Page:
• @Michael...

    So very true.

    These symptoms also come from our superiors of all ranks and not just from our hourly peers.

    I had an interesting conversation with one of my peers who was very complacent about her role is the restaurant but incredibly charmed with her job as a barista.

    Matt Milletto, Fohboh member and founder of Baristas Exchange, has done an amazing job of getting the barista pool to gel wonderfully as a professional group laden with esprit de corps.

    One element that has added credibility to the baristas is that the coffee industry has done much to elevate the profession by establishing various levels of certification for the craft.

    That certification is woefully absent for professional waiters in the restaurant industry. There are so many elements of job skills, product knowledge, service nuance that there has been little effort in this direction.

    Even the almighty National Restaurant Association (NRA) does not have a plan or any rudimentary guidelines for such qualifications. The NRA sponsors the high school ProStart program which did much to highlight the culinary arts and restaurant management career paths. Ironically, it doesn’t do squat for the FOH career options. Their ProStart materials only have 2-3 pages about the waiter craft in their 300+ page textbook!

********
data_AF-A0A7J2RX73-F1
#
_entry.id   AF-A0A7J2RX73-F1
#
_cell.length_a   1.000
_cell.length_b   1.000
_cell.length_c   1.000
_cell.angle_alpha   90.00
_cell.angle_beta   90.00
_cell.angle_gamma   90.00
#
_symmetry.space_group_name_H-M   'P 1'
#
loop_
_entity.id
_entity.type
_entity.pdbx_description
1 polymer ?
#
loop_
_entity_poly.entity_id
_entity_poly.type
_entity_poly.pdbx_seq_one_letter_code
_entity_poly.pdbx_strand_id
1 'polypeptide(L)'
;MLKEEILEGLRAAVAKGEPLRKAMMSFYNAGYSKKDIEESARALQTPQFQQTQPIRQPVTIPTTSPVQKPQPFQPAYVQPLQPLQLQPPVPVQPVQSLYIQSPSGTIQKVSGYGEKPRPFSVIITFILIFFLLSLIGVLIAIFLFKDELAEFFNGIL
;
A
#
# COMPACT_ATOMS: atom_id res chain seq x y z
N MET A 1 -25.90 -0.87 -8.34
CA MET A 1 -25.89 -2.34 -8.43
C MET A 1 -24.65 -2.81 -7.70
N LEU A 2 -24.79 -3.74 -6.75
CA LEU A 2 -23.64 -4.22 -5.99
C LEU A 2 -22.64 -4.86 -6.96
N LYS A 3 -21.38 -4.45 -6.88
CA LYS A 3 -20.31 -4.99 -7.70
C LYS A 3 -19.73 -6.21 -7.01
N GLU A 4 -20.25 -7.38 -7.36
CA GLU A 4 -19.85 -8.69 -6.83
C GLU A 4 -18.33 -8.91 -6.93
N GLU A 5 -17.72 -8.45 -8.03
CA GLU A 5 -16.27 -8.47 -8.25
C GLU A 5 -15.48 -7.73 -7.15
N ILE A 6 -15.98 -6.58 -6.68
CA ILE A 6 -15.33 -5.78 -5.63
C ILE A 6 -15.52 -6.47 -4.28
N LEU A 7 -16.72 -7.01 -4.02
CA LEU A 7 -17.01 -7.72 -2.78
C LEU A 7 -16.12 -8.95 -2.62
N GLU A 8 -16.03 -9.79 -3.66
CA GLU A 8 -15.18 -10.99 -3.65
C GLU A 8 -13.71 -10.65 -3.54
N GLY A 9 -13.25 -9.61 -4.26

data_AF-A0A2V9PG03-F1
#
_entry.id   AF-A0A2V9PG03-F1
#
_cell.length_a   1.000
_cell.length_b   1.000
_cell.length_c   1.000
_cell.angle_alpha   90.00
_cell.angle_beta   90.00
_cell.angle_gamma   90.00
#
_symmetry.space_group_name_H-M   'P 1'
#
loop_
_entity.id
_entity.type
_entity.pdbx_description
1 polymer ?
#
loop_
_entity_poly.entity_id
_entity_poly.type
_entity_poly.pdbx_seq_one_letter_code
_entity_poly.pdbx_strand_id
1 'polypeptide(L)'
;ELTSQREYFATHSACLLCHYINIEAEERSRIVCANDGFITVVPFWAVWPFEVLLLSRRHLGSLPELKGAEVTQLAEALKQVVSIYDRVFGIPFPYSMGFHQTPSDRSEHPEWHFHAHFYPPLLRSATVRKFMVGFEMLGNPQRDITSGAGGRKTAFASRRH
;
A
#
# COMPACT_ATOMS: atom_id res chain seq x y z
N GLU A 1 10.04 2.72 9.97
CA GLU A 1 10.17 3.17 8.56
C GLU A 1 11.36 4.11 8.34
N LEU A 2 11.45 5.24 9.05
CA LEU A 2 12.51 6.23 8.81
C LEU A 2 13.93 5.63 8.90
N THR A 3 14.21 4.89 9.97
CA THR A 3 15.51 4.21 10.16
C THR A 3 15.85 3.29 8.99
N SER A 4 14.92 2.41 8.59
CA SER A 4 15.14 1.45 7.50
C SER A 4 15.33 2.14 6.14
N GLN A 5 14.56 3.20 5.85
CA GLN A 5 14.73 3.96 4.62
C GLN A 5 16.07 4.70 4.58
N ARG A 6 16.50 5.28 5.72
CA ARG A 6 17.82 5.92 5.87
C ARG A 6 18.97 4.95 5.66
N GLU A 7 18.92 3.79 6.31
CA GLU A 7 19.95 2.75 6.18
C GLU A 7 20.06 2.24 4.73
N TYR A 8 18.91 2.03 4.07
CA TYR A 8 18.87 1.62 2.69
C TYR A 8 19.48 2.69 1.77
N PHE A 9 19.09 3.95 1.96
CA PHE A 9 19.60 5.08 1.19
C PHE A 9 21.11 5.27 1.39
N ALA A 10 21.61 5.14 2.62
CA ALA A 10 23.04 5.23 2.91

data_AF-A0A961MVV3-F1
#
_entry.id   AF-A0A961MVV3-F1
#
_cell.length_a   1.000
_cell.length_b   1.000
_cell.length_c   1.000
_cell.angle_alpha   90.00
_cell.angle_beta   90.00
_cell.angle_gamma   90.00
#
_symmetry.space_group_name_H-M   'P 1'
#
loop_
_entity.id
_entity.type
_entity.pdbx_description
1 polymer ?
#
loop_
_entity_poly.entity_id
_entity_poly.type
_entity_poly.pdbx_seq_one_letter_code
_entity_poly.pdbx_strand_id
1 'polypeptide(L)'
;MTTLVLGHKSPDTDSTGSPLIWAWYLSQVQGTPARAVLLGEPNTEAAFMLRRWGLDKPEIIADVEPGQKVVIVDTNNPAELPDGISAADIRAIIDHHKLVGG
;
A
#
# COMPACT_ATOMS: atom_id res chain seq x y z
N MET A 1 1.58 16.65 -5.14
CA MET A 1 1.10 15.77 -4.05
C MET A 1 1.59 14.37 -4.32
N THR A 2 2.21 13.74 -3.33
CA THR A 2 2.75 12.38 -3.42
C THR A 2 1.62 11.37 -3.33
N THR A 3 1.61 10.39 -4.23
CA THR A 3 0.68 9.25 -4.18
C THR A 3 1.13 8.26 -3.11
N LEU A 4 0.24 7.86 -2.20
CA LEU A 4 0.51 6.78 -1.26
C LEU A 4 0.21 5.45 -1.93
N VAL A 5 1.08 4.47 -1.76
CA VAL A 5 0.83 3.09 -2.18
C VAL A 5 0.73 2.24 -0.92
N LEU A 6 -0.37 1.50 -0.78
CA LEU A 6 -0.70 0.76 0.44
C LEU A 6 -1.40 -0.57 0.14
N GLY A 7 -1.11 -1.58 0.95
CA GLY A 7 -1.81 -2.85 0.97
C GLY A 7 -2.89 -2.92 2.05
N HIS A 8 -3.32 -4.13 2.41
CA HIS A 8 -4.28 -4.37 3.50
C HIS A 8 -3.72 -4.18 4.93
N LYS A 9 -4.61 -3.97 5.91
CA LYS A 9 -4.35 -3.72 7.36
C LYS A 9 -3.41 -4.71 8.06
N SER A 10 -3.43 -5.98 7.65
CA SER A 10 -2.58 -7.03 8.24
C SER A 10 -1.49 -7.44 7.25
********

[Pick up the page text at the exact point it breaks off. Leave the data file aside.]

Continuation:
It will be an uphill battle to persuade our own industry of the value in elevating the status of waiters in America to a legitimate professional career of choice in an industry of choice, Restaurant and Hospitality, that offers unlimited opportunity.
  • @ Paul - Thanks Paul.

    @Terri - Very nice addition.

    @ Michael - I love #5. "Now that's what I'm talkin about!"
  • I have experienced several reactions to my attempts to be "excellent" in the workplace (specifically restaurant work):

    1. Resentment: "Why does this person have so much passion and
    creativity for this job and I have none?"
    2. Jealousy: "I want his level of passion (but feel threatened by it at
    the same time)."
    3. Indifference: "Whatever. That guy is probably trying to
    brown-nose his way towards a promotion. This job sucks, anyway. I could
    care less."
    4. Curiosity: What makes him tick? How can I be like him?"
    5. "Support and cooperation:" "Wow! This guy's on fire! He is contributing to
    the workplace, making my job more interesting, and elevating the
    energy/vibe for all of us. I want to elevate my game, too."
  • Perfect Bill! Robin Sharma's spreading the word with "Lead without Title".

    As a business: Focus on the relationship with your customer and the money will follow. Care for the people and the cash will come.

    It's all about the IMAGE -

    Be Innovative
    Be a Merchant of WOW
    Be Authentic
    Have the Guts
    Chase Excellence in everything you do - regardless of what it is.
  • Excellent, Bill!